Tennessee Republican State Rep. Micah Van Huss has once again proposed a piece of legislation, HJR 17, that would amend the state’s constitution to include a line about how our liberties come from his personal God.
If adopted, Article 1, Section 2 of the state’s Constitution would get the following bold-faced addition:
That government being instituted for the common benefit, the doctrine of nonresistance against arbitrary power and oppression is absurd, slavish, and destructive of the good and happiness of mankind; and that liberties do not come from government, but from Almighty God.
If those two clauses sound like they have nothing to do with each other… that’s because they don’t. This is quite literally an effort by Van Huss to shove God anywhere in the Constitution that he can. His 2015 effort at doing the same thing didn’t work. A 2017 effort passed through both the House and Senate, but because there was a slight technical change on the Senate side, and not enough time to vote for the exact match in the House, the bill died.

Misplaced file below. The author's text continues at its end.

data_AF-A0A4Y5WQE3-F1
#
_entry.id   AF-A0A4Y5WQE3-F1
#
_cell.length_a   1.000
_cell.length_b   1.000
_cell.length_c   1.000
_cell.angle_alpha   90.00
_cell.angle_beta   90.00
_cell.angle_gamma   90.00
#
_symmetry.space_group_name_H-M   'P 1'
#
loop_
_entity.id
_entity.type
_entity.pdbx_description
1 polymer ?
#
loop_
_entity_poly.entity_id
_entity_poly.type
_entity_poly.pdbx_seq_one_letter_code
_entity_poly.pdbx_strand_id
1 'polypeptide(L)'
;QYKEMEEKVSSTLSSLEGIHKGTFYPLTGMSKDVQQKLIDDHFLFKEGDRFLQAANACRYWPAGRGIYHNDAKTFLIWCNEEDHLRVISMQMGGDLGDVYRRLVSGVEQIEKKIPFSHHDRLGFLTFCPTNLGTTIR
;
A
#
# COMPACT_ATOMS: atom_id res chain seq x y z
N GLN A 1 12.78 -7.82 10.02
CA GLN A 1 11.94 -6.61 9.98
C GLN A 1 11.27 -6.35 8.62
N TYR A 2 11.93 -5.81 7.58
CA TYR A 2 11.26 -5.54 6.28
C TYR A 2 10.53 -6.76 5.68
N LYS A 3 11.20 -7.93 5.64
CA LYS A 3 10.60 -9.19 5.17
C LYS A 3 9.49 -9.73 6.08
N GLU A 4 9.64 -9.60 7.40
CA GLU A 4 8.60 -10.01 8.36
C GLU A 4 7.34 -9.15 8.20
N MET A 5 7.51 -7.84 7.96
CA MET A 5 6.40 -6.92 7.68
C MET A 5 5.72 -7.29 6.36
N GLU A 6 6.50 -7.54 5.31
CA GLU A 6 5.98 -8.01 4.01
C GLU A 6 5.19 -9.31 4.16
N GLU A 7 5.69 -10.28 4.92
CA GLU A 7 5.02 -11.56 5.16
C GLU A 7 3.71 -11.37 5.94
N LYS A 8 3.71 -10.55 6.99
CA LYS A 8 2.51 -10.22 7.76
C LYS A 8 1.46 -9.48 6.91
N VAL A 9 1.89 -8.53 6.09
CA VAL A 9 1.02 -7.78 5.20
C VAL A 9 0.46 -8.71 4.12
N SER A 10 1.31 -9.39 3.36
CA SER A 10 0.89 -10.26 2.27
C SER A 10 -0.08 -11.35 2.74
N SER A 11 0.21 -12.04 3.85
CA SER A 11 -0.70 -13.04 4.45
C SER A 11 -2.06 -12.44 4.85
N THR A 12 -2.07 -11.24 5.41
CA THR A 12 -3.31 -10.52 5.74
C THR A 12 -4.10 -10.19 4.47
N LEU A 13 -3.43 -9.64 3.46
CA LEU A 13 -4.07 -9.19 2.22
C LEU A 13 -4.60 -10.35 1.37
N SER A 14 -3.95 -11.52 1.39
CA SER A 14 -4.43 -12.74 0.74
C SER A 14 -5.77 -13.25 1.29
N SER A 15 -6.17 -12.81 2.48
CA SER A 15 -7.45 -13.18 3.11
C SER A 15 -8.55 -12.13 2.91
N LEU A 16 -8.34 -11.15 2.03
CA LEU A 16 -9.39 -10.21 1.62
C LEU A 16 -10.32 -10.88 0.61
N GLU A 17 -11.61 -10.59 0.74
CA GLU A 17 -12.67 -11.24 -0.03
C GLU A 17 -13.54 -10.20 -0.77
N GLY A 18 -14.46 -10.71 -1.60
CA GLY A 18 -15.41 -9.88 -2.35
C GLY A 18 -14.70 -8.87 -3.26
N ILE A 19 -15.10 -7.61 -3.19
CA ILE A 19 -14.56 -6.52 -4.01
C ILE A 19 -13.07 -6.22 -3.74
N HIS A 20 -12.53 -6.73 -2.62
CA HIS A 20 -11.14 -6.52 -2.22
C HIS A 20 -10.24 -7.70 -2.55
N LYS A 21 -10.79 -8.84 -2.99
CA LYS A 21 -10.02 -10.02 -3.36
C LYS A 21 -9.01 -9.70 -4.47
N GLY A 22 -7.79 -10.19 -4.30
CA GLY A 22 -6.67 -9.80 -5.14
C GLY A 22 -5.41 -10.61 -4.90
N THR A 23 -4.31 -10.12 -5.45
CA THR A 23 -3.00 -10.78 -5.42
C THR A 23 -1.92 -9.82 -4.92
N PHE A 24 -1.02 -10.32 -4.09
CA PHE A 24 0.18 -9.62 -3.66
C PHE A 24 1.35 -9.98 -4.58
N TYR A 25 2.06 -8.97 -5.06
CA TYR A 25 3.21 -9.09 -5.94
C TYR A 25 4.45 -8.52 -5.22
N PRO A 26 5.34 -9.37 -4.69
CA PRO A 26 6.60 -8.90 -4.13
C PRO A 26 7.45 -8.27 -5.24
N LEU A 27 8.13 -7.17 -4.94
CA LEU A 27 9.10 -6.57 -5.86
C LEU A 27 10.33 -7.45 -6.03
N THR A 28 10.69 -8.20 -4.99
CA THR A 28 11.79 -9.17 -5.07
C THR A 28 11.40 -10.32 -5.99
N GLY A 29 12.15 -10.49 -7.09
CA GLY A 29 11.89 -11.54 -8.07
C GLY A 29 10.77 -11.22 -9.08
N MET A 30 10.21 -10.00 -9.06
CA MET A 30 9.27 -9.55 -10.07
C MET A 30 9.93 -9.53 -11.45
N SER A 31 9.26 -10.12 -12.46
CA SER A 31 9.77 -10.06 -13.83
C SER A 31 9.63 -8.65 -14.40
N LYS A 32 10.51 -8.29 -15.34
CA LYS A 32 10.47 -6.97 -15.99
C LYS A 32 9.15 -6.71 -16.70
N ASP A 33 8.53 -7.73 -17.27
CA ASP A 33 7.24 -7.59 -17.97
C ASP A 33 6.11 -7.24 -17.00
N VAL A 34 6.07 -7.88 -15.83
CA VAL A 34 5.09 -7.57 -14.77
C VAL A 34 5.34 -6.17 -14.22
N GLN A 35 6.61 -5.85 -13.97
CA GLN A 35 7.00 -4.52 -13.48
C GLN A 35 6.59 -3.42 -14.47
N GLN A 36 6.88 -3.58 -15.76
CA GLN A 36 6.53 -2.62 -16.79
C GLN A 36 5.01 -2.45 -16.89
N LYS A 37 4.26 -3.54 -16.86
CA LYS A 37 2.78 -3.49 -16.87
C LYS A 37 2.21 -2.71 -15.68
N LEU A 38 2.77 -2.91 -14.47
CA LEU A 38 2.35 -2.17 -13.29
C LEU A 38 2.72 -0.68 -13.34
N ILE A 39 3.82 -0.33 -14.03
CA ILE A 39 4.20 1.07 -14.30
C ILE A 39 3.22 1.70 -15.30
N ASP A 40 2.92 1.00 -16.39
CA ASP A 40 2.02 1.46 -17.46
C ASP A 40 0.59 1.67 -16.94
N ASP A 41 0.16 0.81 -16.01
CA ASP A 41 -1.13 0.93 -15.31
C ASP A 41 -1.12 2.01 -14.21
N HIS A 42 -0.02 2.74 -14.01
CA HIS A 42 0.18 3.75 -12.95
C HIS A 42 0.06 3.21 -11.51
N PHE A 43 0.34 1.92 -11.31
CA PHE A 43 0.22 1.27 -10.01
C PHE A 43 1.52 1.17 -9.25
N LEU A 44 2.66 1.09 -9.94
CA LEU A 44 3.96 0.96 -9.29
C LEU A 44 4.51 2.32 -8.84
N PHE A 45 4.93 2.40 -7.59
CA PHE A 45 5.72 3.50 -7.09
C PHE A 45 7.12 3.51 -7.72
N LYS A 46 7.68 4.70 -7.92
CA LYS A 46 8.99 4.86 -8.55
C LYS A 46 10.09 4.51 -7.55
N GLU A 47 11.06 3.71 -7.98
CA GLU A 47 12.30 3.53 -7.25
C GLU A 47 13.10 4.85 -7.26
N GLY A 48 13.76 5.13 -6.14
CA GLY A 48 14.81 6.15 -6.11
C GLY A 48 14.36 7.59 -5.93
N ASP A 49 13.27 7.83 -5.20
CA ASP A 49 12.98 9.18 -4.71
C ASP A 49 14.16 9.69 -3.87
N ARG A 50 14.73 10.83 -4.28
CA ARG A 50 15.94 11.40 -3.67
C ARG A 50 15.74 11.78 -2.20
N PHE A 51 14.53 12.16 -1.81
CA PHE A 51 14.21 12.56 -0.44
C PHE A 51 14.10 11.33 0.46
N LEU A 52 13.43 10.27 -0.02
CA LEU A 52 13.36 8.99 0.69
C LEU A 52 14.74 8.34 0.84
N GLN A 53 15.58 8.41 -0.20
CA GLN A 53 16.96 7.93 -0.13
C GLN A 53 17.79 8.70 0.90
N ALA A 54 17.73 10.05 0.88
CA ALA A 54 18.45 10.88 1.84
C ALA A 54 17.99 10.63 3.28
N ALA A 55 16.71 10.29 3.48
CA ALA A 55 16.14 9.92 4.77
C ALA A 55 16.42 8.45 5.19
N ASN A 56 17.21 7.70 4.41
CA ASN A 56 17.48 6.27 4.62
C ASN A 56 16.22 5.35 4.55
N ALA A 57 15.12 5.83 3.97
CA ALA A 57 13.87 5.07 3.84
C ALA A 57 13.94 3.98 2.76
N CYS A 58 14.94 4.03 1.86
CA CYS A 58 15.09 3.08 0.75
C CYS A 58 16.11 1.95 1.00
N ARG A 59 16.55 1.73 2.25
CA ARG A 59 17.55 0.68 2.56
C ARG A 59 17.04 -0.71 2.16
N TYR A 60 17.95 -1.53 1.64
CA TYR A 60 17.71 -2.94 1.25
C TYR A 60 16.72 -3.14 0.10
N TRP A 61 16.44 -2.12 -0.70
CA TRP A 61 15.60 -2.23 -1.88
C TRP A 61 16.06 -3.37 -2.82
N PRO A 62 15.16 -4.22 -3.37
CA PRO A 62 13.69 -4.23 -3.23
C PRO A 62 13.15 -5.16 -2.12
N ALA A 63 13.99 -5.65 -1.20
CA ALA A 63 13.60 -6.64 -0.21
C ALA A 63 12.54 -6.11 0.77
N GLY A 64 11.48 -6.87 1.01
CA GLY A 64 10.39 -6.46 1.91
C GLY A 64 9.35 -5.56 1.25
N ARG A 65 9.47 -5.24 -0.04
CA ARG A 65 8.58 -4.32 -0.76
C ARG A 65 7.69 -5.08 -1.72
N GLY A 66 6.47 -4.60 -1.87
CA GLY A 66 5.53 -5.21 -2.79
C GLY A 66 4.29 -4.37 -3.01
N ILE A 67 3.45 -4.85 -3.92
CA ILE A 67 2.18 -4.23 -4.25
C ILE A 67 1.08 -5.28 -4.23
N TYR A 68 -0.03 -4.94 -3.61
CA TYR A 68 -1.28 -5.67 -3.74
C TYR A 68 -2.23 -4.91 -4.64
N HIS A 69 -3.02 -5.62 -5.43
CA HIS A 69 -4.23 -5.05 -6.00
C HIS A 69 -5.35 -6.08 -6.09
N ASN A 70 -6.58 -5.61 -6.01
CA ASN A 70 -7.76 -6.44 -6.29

Now he’s starting over with a bill that will likely raise no eyebrows among Republicans. A couple of Democrats, however, have voiced their concerns:
Rep. Bo Mitchell (D-Nashville) objected to the resolution as “unnecessary,” stating further that “my God does not fit into these little green books” and noting, as he had last week when the resolution received a go-ahead in the Civil Justice subcommittee, that the definition and actions of God differed from person to person and from faith to faith. Rep. Bill Beck (D-Nashville) objected as well, on the grounds that the Founding Fathers had ordained that church and state should be kept separate in the workings of the American nation.
First, any proposed change has to get a simple majority vote in both houses during one two-year General Assembly. That’s what’s happening now.
After that, the change will have to be approved by a two-thirds majority in the next General Assembly. (Given the demographics of Tennessee, and the GOP’s electoral dominance, that shouldn’t be a problem.)
Finally, voters will have to approve the change in a gubernatorial election year, which would next occur in 2022. Since this is Tennessee, you can assume that’s also a given.
In other words, this bill looks like it’ll appear on the ballot before long. Whether there will be a lawsuit if it passes is a separate issue.
And all of this work is to insert a lie into the state’s Constitution so that conservative Christians can feel better about themselves.
(Thanks to Brian for the link. Portions of this article were published earlier)